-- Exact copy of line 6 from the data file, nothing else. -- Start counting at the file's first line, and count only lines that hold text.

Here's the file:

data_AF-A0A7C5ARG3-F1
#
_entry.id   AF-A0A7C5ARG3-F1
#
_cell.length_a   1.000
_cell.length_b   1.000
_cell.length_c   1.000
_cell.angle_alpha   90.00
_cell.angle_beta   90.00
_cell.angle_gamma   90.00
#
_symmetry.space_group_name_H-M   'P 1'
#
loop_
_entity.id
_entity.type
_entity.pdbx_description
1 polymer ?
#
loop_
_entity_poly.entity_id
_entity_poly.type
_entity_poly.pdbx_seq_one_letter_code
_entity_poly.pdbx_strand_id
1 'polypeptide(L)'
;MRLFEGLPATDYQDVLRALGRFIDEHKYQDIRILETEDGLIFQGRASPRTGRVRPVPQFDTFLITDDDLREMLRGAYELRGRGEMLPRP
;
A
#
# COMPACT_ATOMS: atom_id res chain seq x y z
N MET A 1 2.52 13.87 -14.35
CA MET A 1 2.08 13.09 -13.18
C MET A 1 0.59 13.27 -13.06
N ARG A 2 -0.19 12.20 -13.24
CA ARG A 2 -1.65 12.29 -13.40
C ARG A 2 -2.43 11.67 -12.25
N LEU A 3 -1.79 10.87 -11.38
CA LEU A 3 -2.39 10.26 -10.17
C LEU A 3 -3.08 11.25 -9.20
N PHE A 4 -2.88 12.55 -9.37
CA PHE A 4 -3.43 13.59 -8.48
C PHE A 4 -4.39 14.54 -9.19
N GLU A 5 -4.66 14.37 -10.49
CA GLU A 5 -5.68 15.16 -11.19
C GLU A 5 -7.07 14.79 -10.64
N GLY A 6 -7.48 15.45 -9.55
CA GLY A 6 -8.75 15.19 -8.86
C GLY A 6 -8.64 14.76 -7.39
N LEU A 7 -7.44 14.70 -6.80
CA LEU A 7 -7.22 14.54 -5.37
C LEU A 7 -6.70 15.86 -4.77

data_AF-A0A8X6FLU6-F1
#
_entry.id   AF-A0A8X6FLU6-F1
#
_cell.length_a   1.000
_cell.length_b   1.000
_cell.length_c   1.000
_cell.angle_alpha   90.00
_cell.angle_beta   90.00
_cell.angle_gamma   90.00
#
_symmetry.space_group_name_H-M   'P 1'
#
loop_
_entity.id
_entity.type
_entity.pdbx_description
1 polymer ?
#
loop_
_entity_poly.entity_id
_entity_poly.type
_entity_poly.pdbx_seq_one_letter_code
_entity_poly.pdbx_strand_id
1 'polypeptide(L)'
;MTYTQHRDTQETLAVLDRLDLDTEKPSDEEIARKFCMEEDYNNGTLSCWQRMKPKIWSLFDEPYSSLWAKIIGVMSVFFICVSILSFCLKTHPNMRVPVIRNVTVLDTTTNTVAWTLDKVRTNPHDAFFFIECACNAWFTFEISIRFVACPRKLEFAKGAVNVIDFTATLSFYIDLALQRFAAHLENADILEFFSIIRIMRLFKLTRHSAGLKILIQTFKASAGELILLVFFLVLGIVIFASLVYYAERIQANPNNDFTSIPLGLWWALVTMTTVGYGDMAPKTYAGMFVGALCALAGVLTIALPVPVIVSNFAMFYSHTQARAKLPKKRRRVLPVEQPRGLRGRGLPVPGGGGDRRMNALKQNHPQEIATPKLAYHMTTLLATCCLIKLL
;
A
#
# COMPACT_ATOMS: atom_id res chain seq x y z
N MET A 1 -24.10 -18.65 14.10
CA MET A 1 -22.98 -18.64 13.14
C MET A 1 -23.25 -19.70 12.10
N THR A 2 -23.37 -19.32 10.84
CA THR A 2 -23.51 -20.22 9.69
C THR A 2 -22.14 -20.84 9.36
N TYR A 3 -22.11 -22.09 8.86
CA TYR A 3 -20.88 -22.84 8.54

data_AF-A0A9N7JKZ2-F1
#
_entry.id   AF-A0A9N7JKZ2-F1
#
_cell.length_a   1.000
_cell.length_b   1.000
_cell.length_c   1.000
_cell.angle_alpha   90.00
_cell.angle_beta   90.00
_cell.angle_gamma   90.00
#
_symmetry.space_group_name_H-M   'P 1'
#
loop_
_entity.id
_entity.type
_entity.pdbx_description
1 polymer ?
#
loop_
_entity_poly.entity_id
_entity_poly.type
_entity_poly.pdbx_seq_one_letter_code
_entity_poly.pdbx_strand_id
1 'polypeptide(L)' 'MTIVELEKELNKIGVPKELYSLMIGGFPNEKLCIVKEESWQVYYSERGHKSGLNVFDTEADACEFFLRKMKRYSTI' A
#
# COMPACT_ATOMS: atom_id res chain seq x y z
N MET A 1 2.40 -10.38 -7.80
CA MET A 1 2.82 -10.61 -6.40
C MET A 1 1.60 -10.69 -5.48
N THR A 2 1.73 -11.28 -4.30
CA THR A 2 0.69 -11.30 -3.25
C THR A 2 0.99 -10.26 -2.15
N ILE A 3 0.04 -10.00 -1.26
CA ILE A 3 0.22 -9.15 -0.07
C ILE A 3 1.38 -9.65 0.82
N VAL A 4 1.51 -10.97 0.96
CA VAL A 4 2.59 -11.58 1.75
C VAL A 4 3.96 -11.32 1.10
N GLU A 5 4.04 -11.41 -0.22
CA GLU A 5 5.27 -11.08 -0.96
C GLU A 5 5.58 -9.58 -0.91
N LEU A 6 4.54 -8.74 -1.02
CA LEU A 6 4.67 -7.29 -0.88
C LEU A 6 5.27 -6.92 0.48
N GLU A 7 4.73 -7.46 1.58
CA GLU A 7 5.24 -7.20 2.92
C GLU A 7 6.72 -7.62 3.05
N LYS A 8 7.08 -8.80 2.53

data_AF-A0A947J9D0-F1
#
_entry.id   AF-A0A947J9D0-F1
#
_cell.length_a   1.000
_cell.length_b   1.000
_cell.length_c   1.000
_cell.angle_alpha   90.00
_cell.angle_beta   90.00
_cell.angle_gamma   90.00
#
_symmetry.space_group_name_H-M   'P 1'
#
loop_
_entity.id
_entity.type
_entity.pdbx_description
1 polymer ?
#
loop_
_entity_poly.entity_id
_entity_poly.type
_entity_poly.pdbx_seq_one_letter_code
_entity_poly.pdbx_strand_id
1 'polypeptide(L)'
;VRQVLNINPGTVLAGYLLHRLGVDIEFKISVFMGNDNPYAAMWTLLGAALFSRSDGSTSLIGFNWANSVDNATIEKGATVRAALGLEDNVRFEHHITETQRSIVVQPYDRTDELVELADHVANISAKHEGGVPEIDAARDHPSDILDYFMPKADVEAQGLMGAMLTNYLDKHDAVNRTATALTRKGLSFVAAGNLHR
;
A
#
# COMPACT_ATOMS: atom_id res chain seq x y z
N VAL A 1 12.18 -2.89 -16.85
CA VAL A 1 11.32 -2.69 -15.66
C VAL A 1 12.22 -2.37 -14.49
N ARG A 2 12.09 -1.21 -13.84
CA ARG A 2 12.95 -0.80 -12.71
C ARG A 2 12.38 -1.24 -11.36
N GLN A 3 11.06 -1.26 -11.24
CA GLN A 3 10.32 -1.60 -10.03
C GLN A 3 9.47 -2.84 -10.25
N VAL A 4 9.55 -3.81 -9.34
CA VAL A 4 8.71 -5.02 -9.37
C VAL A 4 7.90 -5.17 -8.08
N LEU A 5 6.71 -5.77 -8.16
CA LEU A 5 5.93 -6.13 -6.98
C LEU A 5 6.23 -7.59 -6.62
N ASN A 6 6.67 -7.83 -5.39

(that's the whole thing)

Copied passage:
_cell.length_b   1.000